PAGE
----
TALES FROM THE CAVE FAMILY: IS MARTY ROBBINS COUNTRY OR WESTERN?
Blessed, that’s the word for my family. Were we perfect? Of course not. Collectively we had more warts than a Texas horny toad. However, in this day and time, when it’s almost fashionable to air your dirty laundry, I have nothing to share.
My parents were only married to each other – ever. There were no affairs. There was no abuse. There were no arrests. There were no skeletons in the closet. The bills were always paid. There was always a comfortable roof over my head with heat and a/c. I always had school supplies, new clothes and money to spend. There was always food on the table.
In fact, at the holidays, there was always more food on the table than there needed to be. With Thanksgiving right around the corner, I can’t help but think about the feasts my mom used to prepare. She worked long hours in the retail business, so she could have been given a pass for making things convenient, but she wouldn’t have taken it. She planned out her menu some time in October and would have the meal, all but cooked, days in advance.
Ideas Over Recipes
As marvelous as Mom’s epicurean delights were, that’s not what I remember best from our family get-togethers. I belonged to a family of philosophers, historians and politicians. Most of them never crossed the threshold of an institute of higher education, but they were better informed and more intelligent than most of today’s American population. They would have had no trouble naming any of the top officials in governments around the world and they could find any country on a map, whether it was ancient or modern. They cast votes rather than solicited them, but they knew our country’s founding principles and documents. What a wonderful heritage!
The internet can’t decide whether it was Socrates or Eleanor Roosevelt who said, “Strong minds discuss ideas, average minds discuss events and small minds discuss people, ” but by that measure, my family had strong minds. They also had strong opinions.
Poor Old Marty Robbins
A recurring subject in our household was music. Our range of preferred musical genres was all over the map, but with a very few exceptions, we were able to appreciate each others’ favorite genres, even when we didn’t particularly like them. To this day, I will listen with pleasure to everything from opera to blue grass.
Dad’s primary interest was lyrics and in particular the stories behind the lyrics. He loved sharing these stories with us. I wish I could remember them all, but back then I didn’t realize how fondly I would remember this catalog of lyrical history.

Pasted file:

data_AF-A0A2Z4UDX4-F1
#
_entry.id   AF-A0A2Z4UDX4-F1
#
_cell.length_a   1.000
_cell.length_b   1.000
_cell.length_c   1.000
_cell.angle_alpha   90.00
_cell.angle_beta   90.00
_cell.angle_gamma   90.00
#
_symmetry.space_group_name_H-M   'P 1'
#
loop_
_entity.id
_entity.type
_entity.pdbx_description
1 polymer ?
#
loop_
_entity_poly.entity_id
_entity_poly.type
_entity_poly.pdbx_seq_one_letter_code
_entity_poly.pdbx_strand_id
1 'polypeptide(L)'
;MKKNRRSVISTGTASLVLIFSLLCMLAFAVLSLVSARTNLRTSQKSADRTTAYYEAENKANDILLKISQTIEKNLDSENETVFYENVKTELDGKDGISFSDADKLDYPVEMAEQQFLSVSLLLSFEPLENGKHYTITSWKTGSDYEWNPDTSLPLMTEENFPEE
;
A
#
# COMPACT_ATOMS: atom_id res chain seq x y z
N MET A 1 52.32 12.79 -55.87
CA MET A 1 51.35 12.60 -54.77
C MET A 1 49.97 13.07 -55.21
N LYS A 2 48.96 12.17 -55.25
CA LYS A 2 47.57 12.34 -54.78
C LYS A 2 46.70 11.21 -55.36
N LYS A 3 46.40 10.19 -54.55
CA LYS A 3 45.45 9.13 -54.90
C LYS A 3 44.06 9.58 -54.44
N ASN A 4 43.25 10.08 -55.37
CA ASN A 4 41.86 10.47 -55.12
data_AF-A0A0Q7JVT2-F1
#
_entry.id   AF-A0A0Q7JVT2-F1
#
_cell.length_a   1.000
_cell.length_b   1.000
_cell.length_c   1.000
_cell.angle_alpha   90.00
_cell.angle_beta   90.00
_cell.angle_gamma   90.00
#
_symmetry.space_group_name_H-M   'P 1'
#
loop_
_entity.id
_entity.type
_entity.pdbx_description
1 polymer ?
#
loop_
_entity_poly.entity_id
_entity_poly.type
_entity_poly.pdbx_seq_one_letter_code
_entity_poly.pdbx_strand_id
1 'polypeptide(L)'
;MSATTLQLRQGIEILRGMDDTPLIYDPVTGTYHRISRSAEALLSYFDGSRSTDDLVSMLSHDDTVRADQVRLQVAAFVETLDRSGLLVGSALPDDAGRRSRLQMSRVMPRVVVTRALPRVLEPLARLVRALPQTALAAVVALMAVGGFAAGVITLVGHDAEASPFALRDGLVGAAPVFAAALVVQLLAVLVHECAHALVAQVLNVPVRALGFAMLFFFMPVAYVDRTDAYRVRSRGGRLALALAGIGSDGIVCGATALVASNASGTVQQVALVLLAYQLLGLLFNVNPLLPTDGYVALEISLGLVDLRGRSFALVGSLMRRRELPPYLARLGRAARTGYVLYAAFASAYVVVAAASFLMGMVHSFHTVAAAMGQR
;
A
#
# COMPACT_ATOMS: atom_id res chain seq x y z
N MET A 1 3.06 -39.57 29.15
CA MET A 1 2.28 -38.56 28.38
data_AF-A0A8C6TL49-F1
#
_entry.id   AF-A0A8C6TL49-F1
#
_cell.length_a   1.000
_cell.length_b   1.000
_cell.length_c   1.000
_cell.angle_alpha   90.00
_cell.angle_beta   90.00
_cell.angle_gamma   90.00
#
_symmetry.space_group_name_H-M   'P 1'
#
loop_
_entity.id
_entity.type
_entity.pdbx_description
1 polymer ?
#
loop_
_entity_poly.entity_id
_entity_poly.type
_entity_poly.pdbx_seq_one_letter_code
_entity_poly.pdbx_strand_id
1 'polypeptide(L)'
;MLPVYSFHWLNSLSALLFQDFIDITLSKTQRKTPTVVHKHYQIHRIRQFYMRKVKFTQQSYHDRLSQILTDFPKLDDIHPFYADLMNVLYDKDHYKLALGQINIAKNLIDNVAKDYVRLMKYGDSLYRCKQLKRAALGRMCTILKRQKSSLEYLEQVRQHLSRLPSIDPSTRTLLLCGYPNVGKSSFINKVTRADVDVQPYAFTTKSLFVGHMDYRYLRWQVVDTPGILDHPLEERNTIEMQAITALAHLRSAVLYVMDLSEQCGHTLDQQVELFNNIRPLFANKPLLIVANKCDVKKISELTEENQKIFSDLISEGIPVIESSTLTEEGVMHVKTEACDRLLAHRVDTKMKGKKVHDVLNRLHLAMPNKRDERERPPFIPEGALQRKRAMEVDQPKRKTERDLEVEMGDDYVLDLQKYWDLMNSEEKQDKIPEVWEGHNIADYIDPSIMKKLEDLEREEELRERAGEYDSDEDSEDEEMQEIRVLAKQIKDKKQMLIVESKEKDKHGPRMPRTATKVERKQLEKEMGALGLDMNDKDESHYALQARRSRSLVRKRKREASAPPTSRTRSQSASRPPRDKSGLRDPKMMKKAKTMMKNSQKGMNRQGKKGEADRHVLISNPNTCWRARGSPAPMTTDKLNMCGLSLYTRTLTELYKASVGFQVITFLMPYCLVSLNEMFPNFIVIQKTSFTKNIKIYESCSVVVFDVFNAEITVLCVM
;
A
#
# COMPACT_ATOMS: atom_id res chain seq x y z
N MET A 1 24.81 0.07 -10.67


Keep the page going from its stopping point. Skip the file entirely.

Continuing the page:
Into this atmosphere, was dropped the question, “Why do they call it country and western music? Isn’t country music and western music the same thing?” The resulting holiday discussion resulted in the closest thing to a family feud we ever had.
The conversation started out pretty well. Dad reached into his encyclopedic knowledge of country/western music and talked about its roots in folk music and blue grass, as well as its influence on rock and roll. To better understand the theories my dad was offering, one of my aunts asked, “So, for instance, is Marty Robbins country or western?”
That’s when things went left. My Aunt Edie took one position and my dad took the other. I can’t even remember who took country and who took western, but the fireworks began. They argued about every aspect of Marty Robbins’ recordings from the instrumentation to the lyrics. My dad’s Marty Robbins albums were taken from the shelf to be used as exhibits. Dad and Aunt Edie were so passionate in their arguments, you would have thought it actually mattered whether the artist was country or western.
Mom called a truce when the meal was ready, but the atmosphere was thicker than her giblet gravy. We made small talk in order to please my mother, but it was merely nervous chatter. What seemed so ridiculous was that my dad and my aunt were both the nicest of people – kind, generous, and forgiving – almost to a fault. They were usually the peace makers when others got into a disagreement. None of us knew what to think about this musical standoff.
When the meal was over, the dishes were all dried and the silver had all been counted, my Aunt Tommie tried to lighten the atmosphere with some quip about Marty Robbins, but it fell on dead air. Dad tuned in to one game on the TV and another on his radio. Aunt Edie disappeared into the back of the house and closed the door to whichever room she was staying in on this particular visit. The rest of us moved to the living room and tried to have a conversation, but soon Aunt Tommie found a reason to leave. The holiday was over.
That was as heated as any conversation ever got in that house, but before too long, if you wanted to create gales of laughter at any family gathering, all you had to say was, “Is that country or western?” Dad and Aunt Edie might look a little sheepish, but the rest of us had a good laugh at their expense. In the Cave family, laughter was an elixir that cured many ills.
None of us live at 10935 Carissa anymore and the decor has been transformed from Mid-70’s Traditional to Mid-Century Modern, but I like to think the laughter is still there. I think it has seeped into the brick of the wood-burning fireplace and saturated the picture frame paneling. Now we want to pass that laughter on to you and your family. Wouldn’t you like to live in a home like this?